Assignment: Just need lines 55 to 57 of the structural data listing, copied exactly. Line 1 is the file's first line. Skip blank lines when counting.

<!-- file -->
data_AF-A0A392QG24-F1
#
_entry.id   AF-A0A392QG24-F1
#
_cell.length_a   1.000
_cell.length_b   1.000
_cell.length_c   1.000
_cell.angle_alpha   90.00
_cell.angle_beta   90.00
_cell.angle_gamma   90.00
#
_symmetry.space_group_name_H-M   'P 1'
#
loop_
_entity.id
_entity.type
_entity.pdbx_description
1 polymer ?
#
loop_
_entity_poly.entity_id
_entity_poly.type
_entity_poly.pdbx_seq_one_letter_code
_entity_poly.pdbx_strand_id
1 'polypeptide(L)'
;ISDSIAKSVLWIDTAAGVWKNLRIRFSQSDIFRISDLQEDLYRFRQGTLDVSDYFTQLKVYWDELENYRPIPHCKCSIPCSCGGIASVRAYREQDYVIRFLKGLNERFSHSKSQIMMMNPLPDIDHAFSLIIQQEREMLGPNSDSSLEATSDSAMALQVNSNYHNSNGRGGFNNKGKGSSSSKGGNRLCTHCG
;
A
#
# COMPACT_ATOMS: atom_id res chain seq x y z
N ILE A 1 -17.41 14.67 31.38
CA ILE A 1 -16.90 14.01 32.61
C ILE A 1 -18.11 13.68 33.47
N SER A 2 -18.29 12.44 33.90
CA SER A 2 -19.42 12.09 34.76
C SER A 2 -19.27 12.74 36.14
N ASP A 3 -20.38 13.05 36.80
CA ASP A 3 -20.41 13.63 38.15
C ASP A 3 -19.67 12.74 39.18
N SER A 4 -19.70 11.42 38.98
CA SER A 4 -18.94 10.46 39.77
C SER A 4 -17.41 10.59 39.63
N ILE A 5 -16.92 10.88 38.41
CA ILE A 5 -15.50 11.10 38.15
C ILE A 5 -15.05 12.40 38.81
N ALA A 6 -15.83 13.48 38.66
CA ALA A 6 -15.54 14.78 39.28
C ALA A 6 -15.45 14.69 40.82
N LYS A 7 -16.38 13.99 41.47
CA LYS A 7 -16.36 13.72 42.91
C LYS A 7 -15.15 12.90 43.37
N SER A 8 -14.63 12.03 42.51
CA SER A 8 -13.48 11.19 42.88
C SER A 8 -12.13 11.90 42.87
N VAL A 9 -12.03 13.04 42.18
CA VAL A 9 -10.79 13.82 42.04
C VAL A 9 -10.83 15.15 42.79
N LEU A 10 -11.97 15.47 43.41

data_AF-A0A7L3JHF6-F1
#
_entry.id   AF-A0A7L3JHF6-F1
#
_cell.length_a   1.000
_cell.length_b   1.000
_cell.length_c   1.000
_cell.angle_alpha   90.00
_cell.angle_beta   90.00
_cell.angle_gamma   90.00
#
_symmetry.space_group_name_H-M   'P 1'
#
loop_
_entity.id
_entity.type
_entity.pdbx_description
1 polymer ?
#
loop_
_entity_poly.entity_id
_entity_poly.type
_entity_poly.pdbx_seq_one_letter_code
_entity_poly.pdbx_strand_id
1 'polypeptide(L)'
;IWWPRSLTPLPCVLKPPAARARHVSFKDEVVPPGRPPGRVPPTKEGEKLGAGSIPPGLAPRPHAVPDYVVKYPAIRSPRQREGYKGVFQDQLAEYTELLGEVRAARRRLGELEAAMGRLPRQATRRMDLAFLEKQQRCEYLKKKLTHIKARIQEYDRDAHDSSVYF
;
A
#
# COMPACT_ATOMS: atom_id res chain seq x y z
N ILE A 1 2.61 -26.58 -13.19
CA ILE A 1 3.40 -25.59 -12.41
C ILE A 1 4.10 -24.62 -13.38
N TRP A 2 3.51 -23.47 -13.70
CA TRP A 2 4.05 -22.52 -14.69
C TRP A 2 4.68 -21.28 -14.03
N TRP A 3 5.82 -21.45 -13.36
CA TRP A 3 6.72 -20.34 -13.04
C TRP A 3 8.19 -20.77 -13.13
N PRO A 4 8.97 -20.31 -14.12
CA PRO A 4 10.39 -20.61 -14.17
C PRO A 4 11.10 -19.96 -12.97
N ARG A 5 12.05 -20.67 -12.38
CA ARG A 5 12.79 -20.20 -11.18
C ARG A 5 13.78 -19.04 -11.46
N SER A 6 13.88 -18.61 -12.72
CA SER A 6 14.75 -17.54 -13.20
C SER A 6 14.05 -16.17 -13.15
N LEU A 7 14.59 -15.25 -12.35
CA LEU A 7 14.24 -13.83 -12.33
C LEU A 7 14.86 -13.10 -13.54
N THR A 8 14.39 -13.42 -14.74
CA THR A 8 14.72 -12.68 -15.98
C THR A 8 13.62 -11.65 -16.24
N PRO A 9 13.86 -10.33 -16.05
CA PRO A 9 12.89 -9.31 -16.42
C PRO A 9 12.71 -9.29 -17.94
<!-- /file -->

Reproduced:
N VAL A 9 -12.03 13.04 42.18
CA VAL A 9 -10.79 13.82 42.04
C VAL A 9 -10.83 15.15 42.79